If you're looking for a quick day trip out of town, or if you're arriving to Austin by car from Dallas, Houston, or San Antonio, this section is for you. With just a short drive or detour, or perhaps no detour at all, you can, for instance, find one-of-a-kind world-famous barbecue, see a bit of small-town Texas that's not the least bit touristy, canoe on a clear river under tall cypress trees, hike in a pine forest, or shop in a Texas-size outlet mall.

Lost Pines

Thirty miles southeast of Austin lies an ecological anomaly -- a pine forest surrounded on all sides by prairie. It is the last remnant of an extensive pine forest that once extended all the way from Piney Woods of East Texas. This one patch of forest has survived because the soils in this one area are rich in iron, which favors the growth of pine trees over the grasses of the surrounding prairie. It is very hilly, which also marks a difference with the surrounding land. Located within the forest is Bastrop State Park (tel. 512/321-2101; www.tpwd.state.tx.us/spdest/findadest/parks/bastrop), which offers plenty of hiking trails, a golf course, a swimming pool, campsites, and cabins (which must be reserved by phone well in advance: tel. 512/389-8900). Mountain biking is not permitted, but the park road, which extends to a nearby park, is one of the most popular bike rides in Texas. This park is situated just off Hwy. 71, which is one of the main roads between Austin and Houston. Also located in this pine forest is Hyatt Regency Lost Pines Resort and Spa (tel. 512/308-1234; www.lostpines.hyatt.com), which is a family-oriented resort in the same style as the Hyatt Regency Hill Country Resort on the outskirts of San Antonio. It's located on the banks of the Colorado River and offers such activities as kayaking and canoeing, as well as horseback riding. Rates for a standard room run from $250 to $325, depending on the day of week and time of year. Promotional rates and packages are often available.


Texas Hill Country

A rising and falling land of rivers, lakes, springs, and caverns, the Hill Country is one of Texas's prettiest regions -- especially in early spring, when wildflowers daub it with every pigment in nature's palette. Dotted with old dance halls, country stores, quaint Teutonic towns -- more than 30,000 Germans emigrated to Texas during the great land-grant years of the Republic -- and birthplace to one of the U.S.'s most colorful presidents, the region also lays out an appealing mosaic of the state's history.

San Antonio lies at the southern edge of the Hill Country; Austin at its eastern edge. The Interstate highway I-35, which connects the two cities, parallels a line of steep hills known as the Balcones Escarpment. These hills divide the coastal prairie from the Edwards Plateau, which extends for hundreds of miles north and west of San Antonio and Austin; the part closest to these cities is called the Hill Country. The extra 1,200 feet of elevation makes the climate a little drier and milder in summer than San Antonio or Austin.


In the 19th century, many German and Czech settlers arrived in the area fleeing the social upheavals in Europe. They established small towns that now dot the land and add a little contrast to the prevailing cowboy culture. The mild climate, rolling hills, and abundant springs attract visitors to this part of the state, with summer camps, guest ranches, and resorts serving a public that comes here to enjoy the outdoors.

The state government sells maps of different regions of the state for wildlife enthusiasts. The two that cover the Hill Country are called Heart of Texas-Wildlife Trails. There's an east and a west region. You can download sections of the maps at www.tpwd.state.tx.us/wildlifetrails. They offer loop routes covering a variety of the region's natural attractions and are available at several local visitor centers. You can also order the maps online for $2 each by going to www.tcebookstore.org or calling tel. 888/900-2577.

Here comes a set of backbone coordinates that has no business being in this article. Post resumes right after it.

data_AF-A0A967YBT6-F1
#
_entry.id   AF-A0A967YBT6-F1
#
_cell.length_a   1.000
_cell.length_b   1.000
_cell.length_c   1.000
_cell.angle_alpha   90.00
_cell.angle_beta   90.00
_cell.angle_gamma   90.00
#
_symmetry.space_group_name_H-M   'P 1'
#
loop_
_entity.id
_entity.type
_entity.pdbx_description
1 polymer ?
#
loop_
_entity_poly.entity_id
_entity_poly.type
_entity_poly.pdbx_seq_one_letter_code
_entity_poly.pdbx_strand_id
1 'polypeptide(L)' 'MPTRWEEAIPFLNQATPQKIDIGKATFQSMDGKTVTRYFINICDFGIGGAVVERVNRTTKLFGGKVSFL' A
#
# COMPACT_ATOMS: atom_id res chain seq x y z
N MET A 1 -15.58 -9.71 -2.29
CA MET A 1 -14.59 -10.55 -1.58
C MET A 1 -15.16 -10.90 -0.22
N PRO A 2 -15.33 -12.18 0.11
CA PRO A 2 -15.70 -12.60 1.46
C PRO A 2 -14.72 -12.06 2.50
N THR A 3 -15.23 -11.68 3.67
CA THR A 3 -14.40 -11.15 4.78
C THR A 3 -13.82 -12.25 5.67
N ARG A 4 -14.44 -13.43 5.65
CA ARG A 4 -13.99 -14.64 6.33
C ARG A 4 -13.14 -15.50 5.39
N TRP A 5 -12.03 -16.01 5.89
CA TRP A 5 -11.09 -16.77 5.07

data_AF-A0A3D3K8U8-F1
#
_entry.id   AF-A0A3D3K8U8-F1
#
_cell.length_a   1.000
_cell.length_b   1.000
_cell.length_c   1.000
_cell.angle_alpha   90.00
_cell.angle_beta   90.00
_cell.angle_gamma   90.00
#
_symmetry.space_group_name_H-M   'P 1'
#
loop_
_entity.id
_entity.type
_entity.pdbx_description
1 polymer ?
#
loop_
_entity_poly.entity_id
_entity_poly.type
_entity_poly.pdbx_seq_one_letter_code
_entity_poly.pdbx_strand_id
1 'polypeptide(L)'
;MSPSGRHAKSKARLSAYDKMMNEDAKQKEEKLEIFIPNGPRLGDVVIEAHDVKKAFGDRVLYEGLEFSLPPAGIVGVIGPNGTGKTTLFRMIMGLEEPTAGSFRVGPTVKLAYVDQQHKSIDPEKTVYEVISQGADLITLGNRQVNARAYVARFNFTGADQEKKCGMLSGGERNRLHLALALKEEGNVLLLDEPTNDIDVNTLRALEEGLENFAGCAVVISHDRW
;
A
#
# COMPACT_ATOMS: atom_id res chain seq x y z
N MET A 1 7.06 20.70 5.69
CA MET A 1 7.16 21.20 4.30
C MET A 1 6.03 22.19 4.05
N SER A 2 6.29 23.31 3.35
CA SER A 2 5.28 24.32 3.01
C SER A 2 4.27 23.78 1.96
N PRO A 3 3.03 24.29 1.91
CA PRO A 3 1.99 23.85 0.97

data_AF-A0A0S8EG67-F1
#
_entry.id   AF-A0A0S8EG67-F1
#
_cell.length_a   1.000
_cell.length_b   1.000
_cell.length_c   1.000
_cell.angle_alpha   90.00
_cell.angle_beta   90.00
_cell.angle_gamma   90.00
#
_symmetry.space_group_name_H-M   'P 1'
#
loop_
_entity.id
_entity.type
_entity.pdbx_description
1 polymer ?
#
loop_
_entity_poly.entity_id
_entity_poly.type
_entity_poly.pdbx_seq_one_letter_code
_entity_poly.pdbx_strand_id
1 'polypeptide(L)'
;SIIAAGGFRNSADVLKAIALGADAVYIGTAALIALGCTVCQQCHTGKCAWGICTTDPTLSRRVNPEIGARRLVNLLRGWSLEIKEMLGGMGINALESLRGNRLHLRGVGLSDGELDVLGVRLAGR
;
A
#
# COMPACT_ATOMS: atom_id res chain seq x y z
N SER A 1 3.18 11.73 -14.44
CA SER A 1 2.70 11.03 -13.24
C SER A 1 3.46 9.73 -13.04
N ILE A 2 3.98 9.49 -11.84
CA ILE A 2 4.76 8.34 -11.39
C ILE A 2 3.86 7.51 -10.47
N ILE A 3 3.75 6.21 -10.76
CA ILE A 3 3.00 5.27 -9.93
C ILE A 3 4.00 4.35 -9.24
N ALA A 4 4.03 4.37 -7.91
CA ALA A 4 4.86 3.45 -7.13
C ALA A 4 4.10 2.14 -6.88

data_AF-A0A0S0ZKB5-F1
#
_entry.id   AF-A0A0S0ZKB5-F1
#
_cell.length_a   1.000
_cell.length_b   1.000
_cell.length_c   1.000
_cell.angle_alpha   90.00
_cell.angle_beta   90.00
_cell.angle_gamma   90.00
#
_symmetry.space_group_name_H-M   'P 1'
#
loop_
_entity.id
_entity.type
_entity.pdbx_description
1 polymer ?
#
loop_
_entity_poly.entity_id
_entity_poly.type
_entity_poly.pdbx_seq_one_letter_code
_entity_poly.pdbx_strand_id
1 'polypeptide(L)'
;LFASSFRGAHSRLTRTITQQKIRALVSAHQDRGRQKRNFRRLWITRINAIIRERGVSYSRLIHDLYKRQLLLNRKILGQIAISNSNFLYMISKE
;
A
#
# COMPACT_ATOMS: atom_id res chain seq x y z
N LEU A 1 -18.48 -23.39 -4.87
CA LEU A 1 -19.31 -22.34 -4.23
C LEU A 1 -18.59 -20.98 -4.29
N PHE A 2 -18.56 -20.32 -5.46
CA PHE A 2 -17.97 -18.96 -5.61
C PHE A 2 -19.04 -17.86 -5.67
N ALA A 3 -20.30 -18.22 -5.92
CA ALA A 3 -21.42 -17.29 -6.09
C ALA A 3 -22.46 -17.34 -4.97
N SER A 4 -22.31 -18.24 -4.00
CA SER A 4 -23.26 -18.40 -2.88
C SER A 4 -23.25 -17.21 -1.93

Lavender Fields Forever -- You may equate Texas with cattle trails, but in the Hill Country, folks like to gush about the lovely lavender trail that cuts a pretty path through these hills. Not so long ago, local winemakers and farmers realized the Texas soil is much like that of the French countryside in Provence and that lavender, like grapes, grows well in the Hill Country. Today, lavender fields at farms and Texas wineries are so popular that visitors come to see and smell the pretty plants, buy fragrant soaps and other lavender products, and enjoy lavender-inspired dinners and parties. Each spring, local growers host a Lavender Trail festival, with special weekend events, activities, and lavender farm-to-table dinners. Texas trails never smelled so sweet!


Small Towns & Texas Barbecue

More so than chili con carne or chicken-fried steak, barbecue can justly claim to be the quintessential Texas food. Not only is it highly prized in all corners of the state, but barbecue is also the recipient of contributions from just about every major culture and ethnic group that came to Texas. Everyone lent a hand in its creation -- cowboys and Indians, Mexicans and Germans, Anglos and African Americans. And it took every one of those contributions to perfect the technique of combining meat, fire, and smoke into a rare sensory delight. It also created a rich lore surrounding barbecue, lots of traditions, and, of course, endless debate over such important matters as wet or dry, direct or indirect heat, and sauce or no sauce.

City vs. Country -- Before I tackle such complex and weighty issues, it's important to note that Austin is at the center of a constellation of small towns famous for their barbecue. Here you'll find the real deal. Franklin's BBQ, off I-35, has the most traditional, uncompromising style. But if you can leave the city, you will find small-town barbecue, where the slower rhythms of life and the importance of tradition apply to the cooking of barbecue.